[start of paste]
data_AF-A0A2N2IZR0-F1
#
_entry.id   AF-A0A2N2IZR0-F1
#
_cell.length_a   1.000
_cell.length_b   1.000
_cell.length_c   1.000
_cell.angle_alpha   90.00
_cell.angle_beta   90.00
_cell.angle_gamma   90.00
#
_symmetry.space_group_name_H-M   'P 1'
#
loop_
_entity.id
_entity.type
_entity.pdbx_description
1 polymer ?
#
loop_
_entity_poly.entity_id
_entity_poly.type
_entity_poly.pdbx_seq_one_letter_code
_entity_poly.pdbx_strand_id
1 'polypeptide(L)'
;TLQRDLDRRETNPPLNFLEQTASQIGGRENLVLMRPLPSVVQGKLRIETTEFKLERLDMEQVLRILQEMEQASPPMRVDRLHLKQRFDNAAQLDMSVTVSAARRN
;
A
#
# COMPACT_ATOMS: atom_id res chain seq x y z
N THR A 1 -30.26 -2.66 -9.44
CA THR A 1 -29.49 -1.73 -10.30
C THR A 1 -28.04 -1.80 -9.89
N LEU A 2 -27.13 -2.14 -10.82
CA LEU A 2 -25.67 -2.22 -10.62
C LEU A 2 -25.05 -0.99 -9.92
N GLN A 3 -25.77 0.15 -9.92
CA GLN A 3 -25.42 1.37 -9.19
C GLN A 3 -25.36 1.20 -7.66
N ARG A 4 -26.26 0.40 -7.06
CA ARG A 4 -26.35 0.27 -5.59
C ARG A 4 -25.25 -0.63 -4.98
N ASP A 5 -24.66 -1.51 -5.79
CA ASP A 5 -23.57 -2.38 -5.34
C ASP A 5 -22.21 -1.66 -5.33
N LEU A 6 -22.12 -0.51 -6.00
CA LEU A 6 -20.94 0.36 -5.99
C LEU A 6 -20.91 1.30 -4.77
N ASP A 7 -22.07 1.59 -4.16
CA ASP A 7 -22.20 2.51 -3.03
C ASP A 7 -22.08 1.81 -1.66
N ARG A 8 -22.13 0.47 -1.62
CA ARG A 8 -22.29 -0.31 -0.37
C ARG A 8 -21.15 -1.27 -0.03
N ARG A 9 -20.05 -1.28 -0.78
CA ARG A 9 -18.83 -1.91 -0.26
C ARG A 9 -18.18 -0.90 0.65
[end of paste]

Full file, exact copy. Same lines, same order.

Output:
data_AF-A0A2N2IZR0-F1
#
_entry.id   AF-A0A2N2IZR0-F1
#
_cell.length_a   1.000
_cell.length_b   1.000
_cell.length_c   1.000
_cell.angle_alpha   90.00
_cell.angle_beta   90.00
_cell.angle_gamma   90.00
#
_symmetry.space_group_name_H-M   'P 1'
#
loop_
_entity.id
_entity.type
_entity.pdbx_description
1 polymer ?
#
loop_
_entity_poly.entity_id
_entity_poly.type
_entity_poly.pdbx_seq_one_letter_code
_entity_poly.pdbx_strand_id
1 'polypeptide(L)'
;TLQRDLDRRETNPPLNFLEQTASQIGGRENLVLMRPLPSVVQGKLRIETTEFKLERLDMEQVLRILQEMEQASPPMRVDRLHLKQRFDNAAQLDMSVTVSAARRN
;
A
#
# COMPACT_ATOMS: atom_id res chain seq x y z
N THR A 1 -30.26 -2.66 -9.44
CA THR A 1 -29.49 -1.73 -10.30
C THR A 1 -28.04 -1.80 -9.89
N LEU A 2 -27.13 -2.14 -10.82
CA LEU A 2 -25.67 -2.22 -10.62
C LEU A 2 -25.05 -0.99 -9.92
N GLN A 3 -25.77 0.15 -9.92
CA GLN A 3 -25.42 1.37 -9.19
C GLN A 3 -25.36 1.20 -7.66
N ARG A 4 -26.26 0.40 -7.06
CA ARG A 4 -26.35 0.27 -5.59
C ARG A 4 -25.25 -0.63 -4.98
N ASP A 5 -24.66 -1.51 -5.79
CA ASP A 5 -23.57 -2.38 -5.34
C ASP A 5 -22.21 -1.66 -5.33
N LEU A 6 -22.12 -0.51 -6.00
CA LEU A 6 -20.94 0.36 -5.99
C LEU A 6 -20.91 1.30 -4.77
N ASP A 7 -22.07 1.59 -4.16
CA ASP A 7 -22.20 2.51 -3.03
C ASP A 7 -22.08 1.81 -1.66
N ARG A 8 -22.13 0.47 -1.62
CA ARG A 8 -22.29 -0.31 -0.37
C ARG A 8 -21.15 -1.27 -0.03
N ARG A 9 -20.05 -1.28 -0.78
CA ARG A 9 -18.83 -1.91 -0.26
C ARG A 9 -18.18 -0.90 0.65